39 -------------+-------------+-----------+-------------+---------------+
32 --------------+-----------+------------+-----------------+------------+
33 Process_priv | File_priv | Grant_priv | References_priv | Index_priv |
34 --------------+-----------+------------+-----------------+------------+
35 Y | Y | Y | Y | Y |
36 Y | Y | Y | Y | Y |
37 N | N | N | N | N |
38 N | N | N | N | N |
39 --------------+-----------+------------+-----------------+------------+
32 ------------+
33 Alter_priv |
34 ------------+
35 Y |
36 Y |
37 N |
38 N |
39 ------------+
40 4 rows in set (0.00 sec)
41
42 mysql>

Figure 1: user table in mysql database. In this listing, the formatting has been adjusted to
make the table more readable. Lines 32-39 appear four times; this is just the result of wrap-
ping around a very wide table. This table shows the operations that root and other users may
perform.

Internally, MySQL uses a number of such grants tables to manage accesses. These tables and
their uses include:

user Users that may connect to the server and the operations that they may perform.
db Operations that users may perform on specific databases
tables priv Operations that users may perform on specific databases
columns priv Operations that users may perform on specific columns

Some entries in these tables have special meanings:

 An empty entry in the Password column means the user has no password
 An empty entry in the User column means that any user can perform the accesses ac-
crded to them by that row in the table
 The % character is a wild card that can be used for hostnames. For example, a hostname
of %.cs.jcu.edu.au means that a user can connect to the database from any host in
the cs.jcu.edu.au domain.

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Figure 1 also shows that, by default, root has all of the privileges. This would imply that the
system administrator (root) is also the DBA. We can remedy this situation by creating a DBA
user who can perform all operations. This would enable us to keep the database and system
administration roles separate.2
The default installation also does not provide a password for root. Fig 2 shows what is possible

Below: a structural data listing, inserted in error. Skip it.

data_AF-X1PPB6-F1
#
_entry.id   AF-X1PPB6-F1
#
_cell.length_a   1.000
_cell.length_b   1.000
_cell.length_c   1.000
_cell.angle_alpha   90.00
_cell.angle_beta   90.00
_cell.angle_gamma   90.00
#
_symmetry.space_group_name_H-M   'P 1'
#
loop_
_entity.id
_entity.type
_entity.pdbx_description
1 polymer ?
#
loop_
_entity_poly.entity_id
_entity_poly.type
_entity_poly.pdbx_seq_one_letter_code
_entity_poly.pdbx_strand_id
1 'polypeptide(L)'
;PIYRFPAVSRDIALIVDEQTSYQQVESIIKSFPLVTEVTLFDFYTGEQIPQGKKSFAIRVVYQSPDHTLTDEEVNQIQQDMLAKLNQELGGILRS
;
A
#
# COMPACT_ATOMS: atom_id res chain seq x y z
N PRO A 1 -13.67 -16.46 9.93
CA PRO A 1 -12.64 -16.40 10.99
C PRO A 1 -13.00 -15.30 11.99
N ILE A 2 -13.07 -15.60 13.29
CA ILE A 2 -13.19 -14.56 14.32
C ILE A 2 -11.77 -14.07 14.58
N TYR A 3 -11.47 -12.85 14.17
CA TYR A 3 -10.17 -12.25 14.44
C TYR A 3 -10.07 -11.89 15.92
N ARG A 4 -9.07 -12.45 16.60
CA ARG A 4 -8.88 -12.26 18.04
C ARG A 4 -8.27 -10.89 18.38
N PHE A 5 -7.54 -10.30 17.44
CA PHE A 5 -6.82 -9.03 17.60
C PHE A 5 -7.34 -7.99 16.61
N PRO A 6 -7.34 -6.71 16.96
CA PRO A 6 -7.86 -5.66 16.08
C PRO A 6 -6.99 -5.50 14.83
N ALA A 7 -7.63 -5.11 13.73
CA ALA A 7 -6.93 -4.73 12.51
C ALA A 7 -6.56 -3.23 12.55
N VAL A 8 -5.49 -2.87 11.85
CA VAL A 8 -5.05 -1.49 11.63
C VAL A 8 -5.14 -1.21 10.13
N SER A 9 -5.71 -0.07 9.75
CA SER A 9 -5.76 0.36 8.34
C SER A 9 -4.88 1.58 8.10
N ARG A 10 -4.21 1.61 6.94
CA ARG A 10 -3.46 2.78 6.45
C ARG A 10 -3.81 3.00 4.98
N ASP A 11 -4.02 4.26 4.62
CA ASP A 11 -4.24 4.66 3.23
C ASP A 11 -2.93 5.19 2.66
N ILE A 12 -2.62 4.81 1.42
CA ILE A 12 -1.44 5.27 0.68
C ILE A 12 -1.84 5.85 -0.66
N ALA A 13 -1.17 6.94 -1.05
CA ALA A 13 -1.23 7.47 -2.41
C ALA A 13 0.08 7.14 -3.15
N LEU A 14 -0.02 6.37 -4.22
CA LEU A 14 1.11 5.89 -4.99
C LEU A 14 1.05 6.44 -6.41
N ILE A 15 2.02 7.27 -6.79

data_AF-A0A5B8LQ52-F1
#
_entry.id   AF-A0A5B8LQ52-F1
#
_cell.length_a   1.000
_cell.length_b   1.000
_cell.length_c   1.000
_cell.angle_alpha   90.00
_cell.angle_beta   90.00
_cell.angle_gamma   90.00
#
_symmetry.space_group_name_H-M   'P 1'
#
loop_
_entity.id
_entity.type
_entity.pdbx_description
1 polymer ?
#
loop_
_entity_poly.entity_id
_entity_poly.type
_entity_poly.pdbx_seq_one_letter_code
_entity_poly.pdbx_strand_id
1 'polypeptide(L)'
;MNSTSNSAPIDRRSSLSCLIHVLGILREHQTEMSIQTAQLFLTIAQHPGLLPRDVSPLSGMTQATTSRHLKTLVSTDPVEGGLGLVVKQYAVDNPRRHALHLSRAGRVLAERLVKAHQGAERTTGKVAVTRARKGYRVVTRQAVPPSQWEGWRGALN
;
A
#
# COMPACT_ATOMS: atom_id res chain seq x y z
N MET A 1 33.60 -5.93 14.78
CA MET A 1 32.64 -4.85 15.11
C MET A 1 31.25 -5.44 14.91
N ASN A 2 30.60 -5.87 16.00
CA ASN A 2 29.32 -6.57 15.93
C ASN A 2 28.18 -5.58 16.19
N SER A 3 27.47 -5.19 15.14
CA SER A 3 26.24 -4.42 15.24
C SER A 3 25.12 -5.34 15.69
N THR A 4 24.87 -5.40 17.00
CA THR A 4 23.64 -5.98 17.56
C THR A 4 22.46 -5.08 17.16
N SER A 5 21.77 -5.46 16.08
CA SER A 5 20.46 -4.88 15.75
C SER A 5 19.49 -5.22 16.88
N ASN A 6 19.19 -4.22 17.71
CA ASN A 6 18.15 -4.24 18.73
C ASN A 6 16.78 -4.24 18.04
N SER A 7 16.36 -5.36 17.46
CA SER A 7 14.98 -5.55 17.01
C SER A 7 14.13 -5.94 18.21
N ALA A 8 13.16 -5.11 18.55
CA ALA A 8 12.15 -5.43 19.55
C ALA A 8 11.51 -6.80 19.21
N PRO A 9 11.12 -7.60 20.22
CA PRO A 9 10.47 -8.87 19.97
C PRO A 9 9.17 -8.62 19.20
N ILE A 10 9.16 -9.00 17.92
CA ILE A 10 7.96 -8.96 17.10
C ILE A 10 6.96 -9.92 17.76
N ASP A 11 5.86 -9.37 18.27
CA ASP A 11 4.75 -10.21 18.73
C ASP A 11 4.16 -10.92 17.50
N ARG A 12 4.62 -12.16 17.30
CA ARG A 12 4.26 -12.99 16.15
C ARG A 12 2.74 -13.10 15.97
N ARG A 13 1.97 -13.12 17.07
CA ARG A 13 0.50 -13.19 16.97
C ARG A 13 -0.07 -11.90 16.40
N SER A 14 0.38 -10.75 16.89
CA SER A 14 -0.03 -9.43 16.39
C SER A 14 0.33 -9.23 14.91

with this configuration.

$ mysql mysql
ERROR 1044: Access denied for user: ’@localhost’ to database ’mysql’
$ mysql -u root mysql
Reading table information for completion of table and column names
You can turn off this feature to get a quicker startup with -A
Welcome to the MySQL monitor. Commands end with ; or \g.
Your MySQL connection id is 6 to server version: 3.23.36
Type ’help;’ or ’\h’ for help. Type ’\c’ to clear the buffer
mysql> select * from user;
+-----------+------+----------+...
| Host | User | Password |...
+-----------+------+----------+...
| localhost | root | |
+-----------+------+----------+...
: : : :

Figure 2: Unauthorized root access allowed with default configuration.

3.1 Managing Access Controls


Since MySQL uses tables to store access control informations, we can manage acces controls
by directly manipulating these tables. Figure 3 shows how we can assign a password to the
root user.

mysql> update user set password="cdrom34c" where user="root";


Query OK, 2 rows affected (0.00 sec)
Rows matched: 2 Changed: 2 Warnings: 0
mysql> flush privileges;
Query OK, 0 rows affected (0.00 sec)
mysql> select host, user, password from user;
+-----------+------+----------+
| host | user | password |
+-----------+------+----------+
| localhost | root | cdrom34c |
| cu | root | cdrom34c |
| localhost | | |
| cu | | |
+-----------+------+----------+
4 rows in set (0.00 sec)
mysql>

Figure 3: Updating user table.

Note that the strings entered into the password column are unencrypted. MySQL provides a
function password() that generates an encrypted password string.

2 Even though in some installations, both of these roles may be performed by the one person.

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mysql> update user set password=password("cdrom34c") where user="root";


Query OK, 2 rows affected (0.00 sec)
Rows matched: 2 Changed: 2 Warnings: 0
mysql> select host, user, password from user;
+-----------+------+------------------+
| host | user | password |
+-----------+------+------------------+
| localhost | root | 10193d2d6a5fbe14 |
| cu | root | 10193d2d6a5fbe14 |
| localhost | | |
| cu | | |
+-----------+------+------------------+
4 rows in set (0.00 sec)
mysql>

Figure 4: Updating user table using the password() function.

While it is possible to manage access controls by directly manipulating the grant tables, the [DuB00]
preferred mechanism is to use the grant and revoke commands. Figure 5 shows the use of
the grant statement.

mysql> grant all on *.* to root@localhost


-> identified by "moo23con" with grant option;
Query OK, 0 rows affected (0.00 sec)
mysql> select host, user, password from user;
+-----------+------+------------------+
| host | user | password |
+-----------+------+------------------+
| localhost | root | 2f4c0c0218b0f389 |
| cu | root | 10193d2d6a5fbe14 |
| localhost | | |
| cu | | |
+-----------+------+------------------+
4 rows in set (0.00 sec)
mysql>

Figure 5: Updating user table using the grant statement.

4 Creating a Database
Let’s create a database for an hypothetical PC store, “PCbits” that sells the components required
to build a PC: motherboards, processors, RAM, etc. Each product the store sells has:

sku Stock keeping unit.


type Processor, memory, etc
manufacturer Intel, AMD, etc.
description Detailed description of product
price Cost in cents.